‘Actionable Goals for Inclusion in the Veterinary Profession’: Your Weekly Veterinary News Crunch 26 November 2020
The weekly rundown of veterinary news for the time-poor vet, presented by VetX International
Actionable Goals for Inclusion in the Veterinary Profession
The American Veterinary Medical Association (AVMA) and the Association of American Veterinary Medical Colleges (AAVMC) have formed a new commission to lead a coordinated and comprehensive effort to enhance diversity, equity, and inclusion (DEI) within the animal health industry.
“Sustainable, long-term change can only come about if dedicated and influential partners from across our profession, including academia and industry, join together to identify challenges and implement solutions,” said AVMA’s president Douglas Kratt, DVM, and AAVMC’s president, Mark D. Markel, PhD, in a joint statement. “The commission will establish actionable goals that promote DEI throughout the veterinary community.”
“In collaboration with other committed stakeholders, I am confident we will develop an effective, relevant strategy that helps us transform veterinary medicine into a more diverse, inclusive profession to meet the evolving needs of the clients and customers we serve and the animals in their care,” Dr. Christine Jenkins said.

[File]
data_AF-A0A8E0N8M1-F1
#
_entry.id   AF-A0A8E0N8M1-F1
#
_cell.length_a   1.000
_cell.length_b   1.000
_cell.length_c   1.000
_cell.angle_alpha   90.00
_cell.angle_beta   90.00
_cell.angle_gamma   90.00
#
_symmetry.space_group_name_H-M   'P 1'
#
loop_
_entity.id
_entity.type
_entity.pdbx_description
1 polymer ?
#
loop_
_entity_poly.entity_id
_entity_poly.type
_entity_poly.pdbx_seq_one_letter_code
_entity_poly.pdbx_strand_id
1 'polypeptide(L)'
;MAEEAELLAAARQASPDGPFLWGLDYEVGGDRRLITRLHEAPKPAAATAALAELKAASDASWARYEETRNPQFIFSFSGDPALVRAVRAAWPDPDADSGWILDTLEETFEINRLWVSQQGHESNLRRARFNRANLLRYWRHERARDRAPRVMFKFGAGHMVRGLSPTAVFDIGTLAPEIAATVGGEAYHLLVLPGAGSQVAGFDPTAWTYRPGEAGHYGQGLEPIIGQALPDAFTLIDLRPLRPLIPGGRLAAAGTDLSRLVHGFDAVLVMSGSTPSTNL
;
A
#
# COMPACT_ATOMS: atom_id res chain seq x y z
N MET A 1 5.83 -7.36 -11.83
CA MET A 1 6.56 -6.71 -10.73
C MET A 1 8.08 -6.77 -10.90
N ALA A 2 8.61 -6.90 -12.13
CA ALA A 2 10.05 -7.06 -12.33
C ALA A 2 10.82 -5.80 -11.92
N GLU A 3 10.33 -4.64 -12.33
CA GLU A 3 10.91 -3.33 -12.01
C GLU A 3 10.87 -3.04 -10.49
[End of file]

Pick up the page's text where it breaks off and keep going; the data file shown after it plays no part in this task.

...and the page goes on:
US Veterinarian Pleas: ‘Give us a Break!’
Dr Sue Rancurello has expressed how the additional demands placed on veterinarians during the pandemic are emotionally and physically draining. “I am exhausted — physically and emotionally — trying to still provide quality services to both animals and their attached humans during these trying times. I am a solo practitioner who is lucky enough to have several wonderful 24-hour, seven-day-a-week emergency and referral clinics within a reasonable distance from my clinic. That has been a saving grace for me.”
Emergency slots are scarce due to the nature of the pandemic, which causes immense anxiety for owners who expect their pet to be seen immediately: “I leave open multiple appointment slots every single day, trying to anticipate urgent cases, where clients expect that they will be able to be seen promptly by the veterinarian they have an established relationship with. Those slots are filled within moments in the morning, and I have to turn away many more clients during the day.”